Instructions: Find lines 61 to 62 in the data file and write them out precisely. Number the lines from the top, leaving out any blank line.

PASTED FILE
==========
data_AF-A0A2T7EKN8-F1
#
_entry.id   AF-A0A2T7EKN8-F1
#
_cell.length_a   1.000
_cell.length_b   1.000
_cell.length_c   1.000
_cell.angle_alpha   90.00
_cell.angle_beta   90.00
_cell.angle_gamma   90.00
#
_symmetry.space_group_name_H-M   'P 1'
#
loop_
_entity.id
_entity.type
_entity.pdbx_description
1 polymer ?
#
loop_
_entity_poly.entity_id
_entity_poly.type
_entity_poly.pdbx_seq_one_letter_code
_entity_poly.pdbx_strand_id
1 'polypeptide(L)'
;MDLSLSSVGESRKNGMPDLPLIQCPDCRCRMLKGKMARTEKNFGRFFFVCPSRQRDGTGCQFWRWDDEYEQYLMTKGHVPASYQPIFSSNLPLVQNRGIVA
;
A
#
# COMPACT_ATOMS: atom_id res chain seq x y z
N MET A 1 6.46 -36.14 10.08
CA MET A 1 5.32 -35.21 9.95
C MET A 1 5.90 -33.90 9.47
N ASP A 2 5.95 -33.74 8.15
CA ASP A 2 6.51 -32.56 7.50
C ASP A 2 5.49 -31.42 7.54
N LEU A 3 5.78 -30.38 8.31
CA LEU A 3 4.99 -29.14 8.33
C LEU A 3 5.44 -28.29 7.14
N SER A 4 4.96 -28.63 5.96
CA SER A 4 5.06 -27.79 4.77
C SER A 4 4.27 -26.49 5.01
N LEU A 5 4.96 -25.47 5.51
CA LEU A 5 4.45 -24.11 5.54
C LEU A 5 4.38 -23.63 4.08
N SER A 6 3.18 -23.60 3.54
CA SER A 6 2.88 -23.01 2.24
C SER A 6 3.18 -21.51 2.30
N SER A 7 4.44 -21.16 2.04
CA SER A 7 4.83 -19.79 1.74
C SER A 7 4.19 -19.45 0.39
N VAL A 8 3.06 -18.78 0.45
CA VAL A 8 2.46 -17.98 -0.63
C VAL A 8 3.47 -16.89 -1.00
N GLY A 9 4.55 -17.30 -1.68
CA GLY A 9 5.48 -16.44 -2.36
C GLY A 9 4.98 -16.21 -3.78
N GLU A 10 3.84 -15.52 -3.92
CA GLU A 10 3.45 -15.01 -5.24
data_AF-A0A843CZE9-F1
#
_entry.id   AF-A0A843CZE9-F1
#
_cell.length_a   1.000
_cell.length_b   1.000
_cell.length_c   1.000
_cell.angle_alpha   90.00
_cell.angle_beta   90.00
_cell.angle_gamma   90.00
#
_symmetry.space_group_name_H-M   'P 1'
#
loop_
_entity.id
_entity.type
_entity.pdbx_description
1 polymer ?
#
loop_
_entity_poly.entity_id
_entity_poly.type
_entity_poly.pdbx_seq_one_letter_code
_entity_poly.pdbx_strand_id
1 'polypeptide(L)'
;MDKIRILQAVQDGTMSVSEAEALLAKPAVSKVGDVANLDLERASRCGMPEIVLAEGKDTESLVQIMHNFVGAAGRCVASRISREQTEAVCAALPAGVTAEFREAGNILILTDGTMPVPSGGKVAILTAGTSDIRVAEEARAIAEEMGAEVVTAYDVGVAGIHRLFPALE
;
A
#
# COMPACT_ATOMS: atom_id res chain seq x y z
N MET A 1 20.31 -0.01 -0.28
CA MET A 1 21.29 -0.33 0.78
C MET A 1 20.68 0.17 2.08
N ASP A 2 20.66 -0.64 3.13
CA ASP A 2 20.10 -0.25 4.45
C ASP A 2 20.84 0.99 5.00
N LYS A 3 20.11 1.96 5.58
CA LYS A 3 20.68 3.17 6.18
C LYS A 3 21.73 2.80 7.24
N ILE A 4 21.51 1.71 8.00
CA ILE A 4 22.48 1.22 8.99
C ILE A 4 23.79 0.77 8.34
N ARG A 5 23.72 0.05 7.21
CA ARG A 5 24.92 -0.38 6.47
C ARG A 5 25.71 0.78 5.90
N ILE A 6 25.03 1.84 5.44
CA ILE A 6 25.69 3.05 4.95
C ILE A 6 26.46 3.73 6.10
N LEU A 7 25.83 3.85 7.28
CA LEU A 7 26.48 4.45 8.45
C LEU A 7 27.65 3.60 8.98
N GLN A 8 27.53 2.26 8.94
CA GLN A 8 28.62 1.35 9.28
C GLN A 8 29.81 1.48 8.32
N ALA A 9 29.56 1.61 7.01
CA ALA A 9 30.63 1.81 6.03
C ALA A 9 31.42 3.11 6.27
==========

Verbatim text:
#
_entry.id   AF-A0A843CZE9-F1